Jugantar Samaj Unnayan Sangstha (JSUS) is also working to provide necessary awareness messages and health services in population control. Various programs are also held regularly with the government’s Health Education Bureau, District Civil Surgeon, and Chittagong City Corporation. Significant progress has been made in the health sector indicators of Bangladesh in recent times. The infant mortality rate in Bangladesh was 82.2 per thousand in 1996-97, it has risen to 52 in 2007. The under-5 mortality rate in 1996-97 was 115.7. It has come down to 65 in 2007.

If this trend continues, it will be possible to achieve Goal 4 of the Millennium Development Goals on reducing child mortality. Similarly, the maternal mortality rate is also declining. According to the BMSS Survey 2010, the maternal mortality rate has come down from 322 per lakh in 2001 to 194 in 2010. In other words, if this rate continues, Bangladesh will achieve the Millennium Development Goals in this case as well. It has happened. The award was given by the United Nations in 2012 for lowering the infant mortality rate in Bangladesh and for achieving the Millennium Development Goals in maternal health. The Hon’ble Prime Minister of Bangladesh received it from the Secretary-General of the United Nations. And the contribution of the government, as well as private development agencies, is undeniable.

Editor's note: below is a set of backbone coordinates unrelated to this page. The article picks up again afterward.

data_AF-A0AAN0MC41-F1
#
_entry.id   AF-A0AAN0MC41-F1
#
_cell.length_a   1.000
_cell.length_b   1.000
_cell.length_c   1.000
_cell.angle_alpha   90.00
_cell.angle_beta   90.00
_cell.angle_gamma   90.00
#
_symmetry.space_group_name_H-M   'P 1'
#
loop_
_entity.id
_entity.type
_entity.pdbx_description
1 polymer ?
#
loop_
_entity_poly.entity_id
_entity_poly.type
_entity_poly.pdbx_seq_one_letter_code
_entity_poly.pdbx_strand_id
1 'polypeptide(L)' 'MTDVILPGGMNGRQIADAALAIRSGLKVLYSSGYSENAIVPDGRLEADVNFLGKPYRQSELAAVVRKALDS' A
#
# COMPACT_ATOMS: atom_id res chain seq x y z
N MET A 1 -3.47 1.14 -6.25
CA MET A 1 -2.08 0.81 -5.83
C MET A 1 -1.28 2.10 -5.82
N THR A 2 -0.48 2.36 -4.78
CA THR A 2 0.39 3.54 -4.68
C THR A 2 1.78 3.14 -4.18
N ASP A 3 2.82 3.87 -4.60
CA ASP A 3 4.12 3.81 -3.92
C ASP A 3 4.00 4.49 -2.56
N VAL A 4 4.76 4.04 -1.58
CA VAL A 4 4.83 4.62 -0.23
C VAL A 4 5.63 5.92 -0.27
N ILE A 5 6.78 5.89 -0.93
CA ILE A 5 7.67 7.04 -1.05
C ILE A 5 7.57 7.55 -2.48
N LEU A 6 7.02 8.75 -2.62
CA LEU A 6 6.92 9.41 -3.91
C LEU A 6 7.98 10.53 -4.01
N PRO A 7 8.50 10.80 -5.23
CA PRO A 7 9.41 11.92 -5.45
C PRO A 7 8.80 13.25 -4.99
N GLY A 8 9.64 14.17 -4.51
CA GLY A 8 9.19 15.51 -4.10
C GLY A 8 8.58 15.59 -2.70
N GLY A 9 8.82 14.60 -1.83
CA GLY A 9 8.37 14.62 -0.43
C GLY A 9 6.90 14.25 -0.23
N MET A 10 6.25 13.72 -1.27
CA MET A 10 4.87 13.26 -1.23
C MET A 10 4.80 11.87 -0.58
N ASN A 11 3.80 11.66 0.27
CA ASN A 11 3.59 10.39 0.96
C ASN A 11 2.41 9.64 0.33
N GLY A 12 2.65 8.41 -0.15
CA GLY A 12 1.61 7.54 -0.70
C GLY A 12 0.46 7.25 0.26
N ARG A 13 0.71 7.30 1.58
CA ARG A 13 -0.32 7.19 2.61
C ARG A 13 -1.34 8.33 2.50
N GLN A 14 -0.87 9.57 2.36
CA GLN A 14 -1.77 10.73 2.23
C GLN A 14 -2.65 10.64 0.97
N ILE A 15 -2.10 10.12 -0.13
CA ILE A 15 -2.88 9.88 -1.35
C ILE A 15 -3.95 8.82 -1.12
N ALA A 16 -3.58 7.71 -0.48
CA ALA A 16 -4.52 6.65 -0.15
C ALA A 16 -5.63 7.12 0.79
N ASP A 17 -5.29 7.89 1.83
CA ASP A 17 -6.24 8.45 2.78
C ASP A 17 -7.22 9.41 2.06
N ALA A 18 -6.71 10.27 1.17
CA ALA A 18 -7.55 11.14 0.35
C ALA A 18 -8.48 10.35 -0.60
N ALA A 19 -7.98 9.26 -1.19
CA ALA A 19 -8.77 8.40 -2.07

• Awareness and vaccination confirmation of the severity of the six deadly diseases
    • Ensuring health care for disadvantaged women and children
    • Increasing importance to women’s and children’s health
    • Encouraging birth control subject to providing ideas about family planning
    • Ensuring access to primary health and emergency medical care for all locally at the grassroots level
    • Increase and expand accessibility to quality healthcare centered on the basis of equality
    • Ensure health education
    • Ensuring safe pregnancy and postpartum and postpartum services